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A Journal on Heart and Vascular Diseases
Official Journal of the Italian Society of Angiology and Vascular Pathology
Indexed/Abstracted in: EMBASE, PubMed/MEDLINE, Science Citation Index Expanded (SciSearch), Scopus
Impact Factor 0,752
Minerva Cardioangiologica 2002 August;50(4):333-42
Results of cellular therapy for ischemic myocardial dysfunction. A review
Atkins B. Z.
Background. Ischemic heart disease (IHD) terminally injures the heart with attendant myocardial dysfunction. Effective therapy for IHD is limited when the myocardium cannot be revascularized. Thus, alternative therapies for IHD are emerging, including immature cell transplantation to injured hearts. One experience with this technique and its effect upon indices of myocardial performance are reviewed.
Methods. Micromanometry and sonomicrometry determined in vivo left ventricular pressure (P) and segment length (SL) following irreversible myocardial injury and 3 weeks after cell transplantation with either autologous skeletal myoblasts or autologous dermal fibroblasts. Systolic performance was based on the linear regression of stroke work and end-diastolic (ED) SL. Diastolic properties were assessed using the curvilinear relationships between LVEDP and strain (e). Cellular engraftment was assessed histologically at study conclusion.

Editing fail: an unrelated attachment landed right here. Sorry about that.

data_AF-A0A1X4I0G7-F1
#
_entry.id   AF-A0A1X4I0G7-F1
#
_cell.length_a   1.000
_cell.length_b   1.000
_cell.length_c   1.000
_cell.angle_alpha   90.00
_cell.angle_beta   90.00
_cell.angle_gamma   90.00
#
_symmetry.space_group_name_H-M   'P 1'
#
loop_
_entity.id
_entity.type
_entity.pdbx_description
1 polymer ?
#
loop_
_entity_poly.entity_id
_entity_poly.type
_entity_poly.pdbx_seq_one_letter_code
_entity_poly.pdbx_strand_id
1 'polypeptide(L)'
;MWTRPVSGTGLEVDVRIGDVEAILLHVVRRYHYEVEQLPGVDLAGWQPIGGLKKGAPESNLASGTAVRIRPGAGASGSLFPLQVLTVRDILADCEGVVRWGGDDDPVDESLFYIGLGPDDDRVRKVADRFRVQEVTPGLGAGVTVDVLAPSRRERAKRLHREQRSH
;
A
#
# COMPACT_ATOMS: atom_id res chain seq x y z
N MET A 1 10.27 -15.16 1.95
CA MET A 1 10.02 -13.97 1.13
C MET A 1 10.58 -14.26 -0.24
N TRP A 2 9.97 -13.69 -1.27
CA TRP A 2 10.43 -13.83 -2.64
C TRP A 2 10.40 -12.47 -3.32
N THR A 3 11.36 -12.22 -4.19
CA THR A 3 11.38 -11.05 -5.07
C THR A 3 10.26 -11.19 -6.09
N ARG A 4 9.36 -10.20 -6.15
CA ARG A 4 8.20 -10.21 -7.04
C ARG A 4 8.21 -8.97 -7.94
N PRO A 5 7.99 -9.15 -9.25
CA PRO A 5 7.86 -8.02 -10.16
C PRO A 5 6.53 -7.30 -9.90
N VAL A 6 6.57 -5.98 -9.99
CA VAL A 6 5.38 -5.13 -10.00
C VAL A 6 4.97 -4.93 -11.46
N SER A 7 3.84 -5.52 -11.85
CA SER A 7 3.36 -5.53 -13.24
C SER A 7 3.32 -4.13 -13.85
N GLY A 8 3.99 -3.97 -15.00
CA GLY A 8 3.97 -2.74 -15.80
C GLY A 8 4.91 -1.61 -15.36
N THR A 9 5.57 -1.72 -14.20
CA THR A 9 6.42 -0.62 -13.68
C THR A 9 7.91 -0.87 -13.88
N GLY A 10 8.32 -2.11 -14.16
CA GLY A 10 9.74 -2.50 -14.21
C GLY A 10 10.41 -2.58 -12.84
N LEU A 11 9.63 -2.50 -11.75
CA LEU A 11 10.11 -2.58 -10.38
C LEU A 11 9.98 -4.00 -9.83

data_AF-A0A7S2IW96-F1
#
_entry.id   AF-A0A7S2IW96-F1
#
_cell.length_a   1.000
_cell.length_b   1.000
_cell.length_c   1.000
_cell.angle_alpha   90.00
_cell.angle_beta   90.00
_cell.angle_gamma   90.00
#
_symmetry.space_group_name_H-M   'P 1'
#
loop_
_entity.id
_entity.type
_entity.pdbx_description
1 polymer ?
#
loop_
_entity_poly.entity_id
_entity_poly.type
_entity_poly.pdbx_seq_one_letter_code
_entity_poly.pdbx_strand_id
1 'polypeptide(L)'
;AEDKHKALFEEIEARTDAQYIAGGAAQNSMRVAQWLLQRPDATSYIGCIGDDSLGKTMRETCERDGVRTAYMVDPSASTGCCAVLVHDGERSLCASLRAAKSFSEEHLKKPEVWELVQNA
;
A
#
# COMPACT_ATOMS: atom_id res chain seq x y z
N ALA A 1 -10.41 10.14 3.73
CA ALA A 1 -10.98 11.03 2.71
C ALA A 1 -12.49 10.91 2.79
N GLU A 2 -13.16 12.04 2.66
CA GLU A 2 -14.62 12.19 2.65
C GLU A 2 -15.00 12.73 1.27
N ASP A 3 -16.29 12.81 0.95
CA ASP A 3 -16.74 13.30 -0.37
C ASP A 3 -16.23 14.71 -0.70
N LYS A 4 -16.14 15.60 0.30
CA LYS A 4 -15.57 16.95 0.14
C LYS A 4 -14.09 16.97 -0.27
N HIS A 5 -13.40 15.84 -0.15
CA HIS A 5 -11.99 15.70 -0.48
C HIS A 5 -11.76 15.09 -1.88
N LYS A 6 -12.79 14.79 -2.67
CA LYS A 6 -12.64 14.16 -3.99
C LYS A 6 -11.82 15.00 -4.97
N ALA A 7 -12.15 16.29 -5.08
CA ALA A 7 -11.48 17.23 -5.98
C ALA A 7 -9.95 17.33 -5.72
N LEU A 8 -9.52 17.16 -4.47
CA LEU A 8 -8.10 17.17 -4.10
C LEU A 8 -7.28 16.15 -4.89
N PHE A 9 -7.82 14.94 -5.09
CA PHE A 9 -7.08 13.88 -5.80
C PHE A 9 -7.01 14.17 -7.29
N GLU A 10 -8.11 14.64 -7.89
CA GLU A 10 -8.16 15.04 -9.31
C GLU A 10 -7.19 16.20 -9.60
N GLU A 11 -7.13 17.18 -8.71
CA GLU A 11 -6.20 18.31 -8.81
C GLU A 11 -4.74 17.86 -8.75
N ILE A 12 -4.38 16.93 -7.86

Results. Skeletal myoblasts formed dense, engrafted tissue within injured hearts but did not extend beyond the borders of the injury. Engrafted fibroblasts were more uniformly distributed throughout the injured region. Diastolic performance improved following cell transplantation with either myoblasts or fibroblasts. Cell transplantation with skeletal myoblasts also improved contractile performance, but fibroblast transfer was associated with a significant decrement in systolic performance.
Conclusions. Cellular transplantation with either myoblasts or fibroblasts can successfully and reliably regenerate viable tissue within areas of terminally injured heart. Cellular engraftment favorably alters the regional geometry within the injured heart, conferring improved functional indices upon treated animals. Further investigation is needed to ensure the safety of these techniques, to ascertain the optimal cell type and delivery method for transplantation, and to improve the reproducibility of cellular engraftment.